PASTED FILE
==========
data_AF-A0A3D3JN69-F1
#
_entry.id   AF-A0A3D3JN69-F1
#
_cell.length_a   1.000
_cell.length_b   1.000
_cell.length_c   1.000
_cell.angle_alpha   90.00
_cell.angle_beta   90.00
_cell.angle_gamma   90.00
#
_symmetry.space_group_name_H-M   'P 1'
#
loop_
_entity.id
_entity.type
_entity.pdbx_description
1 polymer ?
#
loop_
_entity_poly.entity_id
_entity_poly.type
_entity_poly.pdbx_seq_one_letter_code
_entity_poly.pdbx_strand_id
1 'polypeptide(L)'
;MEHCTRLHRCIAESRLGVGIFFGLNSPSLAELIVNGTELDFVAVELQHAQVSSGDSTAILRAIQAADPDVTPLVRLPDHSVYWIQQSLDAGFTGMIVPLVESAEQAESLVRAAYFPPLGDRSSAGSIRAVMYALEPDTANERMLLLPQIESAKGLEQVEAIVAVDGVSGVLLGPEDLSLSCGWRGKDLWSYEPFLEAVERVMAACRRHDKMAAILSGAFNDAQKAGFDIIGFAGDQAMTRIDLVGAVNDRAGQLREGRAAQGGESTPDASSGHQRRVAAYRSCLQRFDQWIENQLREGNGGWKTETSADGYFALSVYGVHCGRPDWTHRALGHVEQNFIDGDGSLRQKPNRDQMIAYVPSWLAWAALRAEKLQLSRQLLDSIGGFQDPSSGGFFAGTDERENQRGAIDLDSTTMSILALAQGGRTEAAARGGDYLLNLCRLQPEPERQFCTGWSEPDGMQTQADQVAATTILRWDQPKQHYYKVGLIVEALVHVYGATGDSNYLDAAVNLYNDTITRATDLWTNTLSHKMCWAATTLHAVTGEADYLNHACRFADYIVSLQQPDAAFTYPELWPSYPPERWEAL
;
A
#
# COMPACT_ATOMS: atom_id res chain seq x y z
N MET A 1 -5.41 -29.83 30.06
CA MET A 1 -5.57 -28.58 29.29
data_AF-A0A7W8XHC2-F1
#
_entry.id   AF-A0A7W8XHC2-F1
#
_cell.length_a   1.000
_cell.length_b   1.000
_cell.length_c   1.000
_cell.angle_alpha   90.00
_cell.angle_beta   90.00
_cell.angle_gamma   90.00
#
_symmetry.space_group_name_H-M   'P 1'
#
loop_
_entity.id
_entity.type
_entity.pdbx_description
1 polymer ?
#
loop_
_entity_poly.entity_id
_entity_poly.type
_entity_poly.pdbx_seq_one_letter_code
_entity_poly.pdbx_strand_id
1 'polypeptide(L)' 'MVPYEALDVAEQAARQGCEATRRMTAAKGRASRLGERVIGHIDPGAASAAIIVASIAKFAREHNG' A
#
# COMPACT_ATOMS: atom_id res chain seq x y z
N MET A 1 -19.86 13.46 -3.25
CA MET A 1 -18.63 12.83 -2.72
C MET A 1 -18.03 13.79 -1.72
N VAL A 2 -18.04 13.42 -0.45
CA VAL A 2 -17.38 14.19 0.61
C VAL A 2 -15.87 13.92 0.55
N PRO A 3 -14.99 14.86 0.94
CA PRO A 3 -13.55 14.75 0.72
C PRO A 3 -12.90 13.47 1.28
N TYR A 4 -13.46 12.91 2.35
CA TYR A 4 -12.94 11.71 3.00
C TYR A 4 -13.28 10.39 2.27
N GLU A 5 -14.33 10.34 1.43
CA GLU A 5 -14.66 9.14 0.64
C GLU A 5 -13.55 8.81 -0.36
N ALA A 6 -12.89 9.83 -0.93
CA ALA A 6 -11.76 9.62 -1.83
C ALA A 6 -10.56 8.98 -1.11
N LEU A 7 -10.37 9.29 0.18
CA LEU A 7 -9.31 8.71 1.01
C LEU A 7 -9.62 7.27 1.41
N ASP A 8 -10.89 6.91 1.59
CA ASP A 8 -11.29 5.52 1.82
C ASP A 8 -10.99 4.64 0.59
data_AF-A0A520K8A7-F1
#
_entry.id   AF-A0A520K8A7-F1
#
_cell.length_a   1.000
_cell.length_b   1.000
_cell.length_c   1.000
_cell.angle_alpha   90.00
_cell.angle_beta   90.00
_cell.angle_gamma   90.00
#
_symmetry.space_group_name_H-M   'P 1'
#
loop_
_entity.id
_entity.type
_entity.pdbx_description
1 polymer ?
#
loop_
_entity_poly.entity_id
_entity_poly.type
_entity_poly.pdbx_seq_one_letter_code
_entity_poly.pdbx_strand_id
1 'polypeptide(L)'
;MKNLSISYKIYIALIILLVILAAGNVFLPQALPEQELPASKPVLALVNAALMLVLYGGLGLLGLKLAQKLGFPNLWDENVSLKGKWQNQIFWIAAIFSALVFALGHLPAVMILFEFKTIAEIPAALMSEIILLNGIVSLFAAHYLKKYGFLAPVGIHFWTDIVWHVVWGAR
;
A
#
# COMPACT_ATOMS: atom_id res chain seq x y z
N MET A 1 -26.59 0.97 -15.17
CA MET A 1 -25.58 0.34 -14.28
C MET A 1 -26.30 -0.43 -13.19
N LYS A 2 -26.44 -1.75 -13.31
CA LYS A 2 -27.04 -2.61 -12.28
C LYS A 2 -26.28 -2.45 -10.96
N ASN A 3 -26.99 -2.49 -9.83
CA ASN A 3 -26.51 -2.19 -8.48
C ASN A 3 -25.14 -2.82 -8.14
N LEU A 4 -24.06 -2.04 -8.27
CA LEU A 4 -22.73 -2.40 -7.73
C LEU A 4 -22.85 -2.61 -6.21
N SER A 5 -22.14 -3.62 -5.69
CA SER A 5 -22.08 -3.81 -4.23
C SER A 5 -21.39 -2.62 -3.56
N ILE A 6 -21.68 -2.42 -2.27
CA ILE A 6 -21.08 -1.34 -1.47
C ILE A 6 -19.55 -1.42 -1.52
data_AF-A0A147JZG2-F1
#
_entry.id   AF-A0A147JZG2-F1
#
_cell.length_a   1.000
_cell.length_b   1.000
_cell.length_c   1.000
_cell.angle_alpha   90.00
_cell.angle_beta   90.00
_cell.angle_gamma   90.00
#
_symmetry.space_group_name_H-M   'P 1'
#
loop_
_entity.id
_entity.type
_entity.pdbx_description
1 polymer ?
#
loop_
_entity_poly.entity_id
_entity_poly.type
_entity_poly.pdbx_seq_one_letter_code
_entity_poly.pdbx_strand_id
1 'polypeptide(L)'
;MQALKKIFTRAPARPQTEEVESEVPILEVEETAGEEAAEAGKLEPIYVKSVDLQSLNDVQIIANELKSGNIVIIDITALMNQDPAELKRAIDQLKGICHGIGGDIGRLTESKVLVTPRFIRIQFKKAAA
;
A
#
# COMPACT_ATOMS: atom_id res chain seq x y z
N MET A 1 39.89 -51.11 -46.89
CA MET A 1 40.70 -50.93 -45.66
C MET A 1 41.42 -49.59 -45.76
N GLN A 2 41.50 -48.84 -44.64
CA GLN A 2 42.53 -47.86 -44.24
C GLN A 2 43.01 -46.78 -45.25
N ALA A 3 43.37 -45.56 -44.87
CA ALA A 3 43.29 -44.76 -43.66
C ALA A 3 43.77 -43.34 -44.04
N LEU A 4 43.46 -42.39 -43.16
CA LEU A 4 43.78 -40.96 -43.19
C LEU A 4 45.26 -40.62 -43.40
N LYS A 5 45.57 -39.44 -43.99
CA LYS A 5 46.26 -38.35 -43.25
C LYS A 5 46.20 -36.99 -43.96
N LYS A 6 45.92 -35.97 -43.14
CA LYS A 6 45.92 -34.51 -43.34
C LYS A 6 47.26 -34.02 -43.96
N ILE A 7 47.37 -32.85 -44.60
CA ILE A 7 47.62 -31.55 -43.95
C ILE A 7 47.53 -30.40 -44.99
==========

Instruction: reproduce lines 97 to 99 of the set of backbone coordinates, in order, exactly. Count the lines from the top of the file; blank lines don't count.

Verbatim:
loop_
_entity.id
_entity.type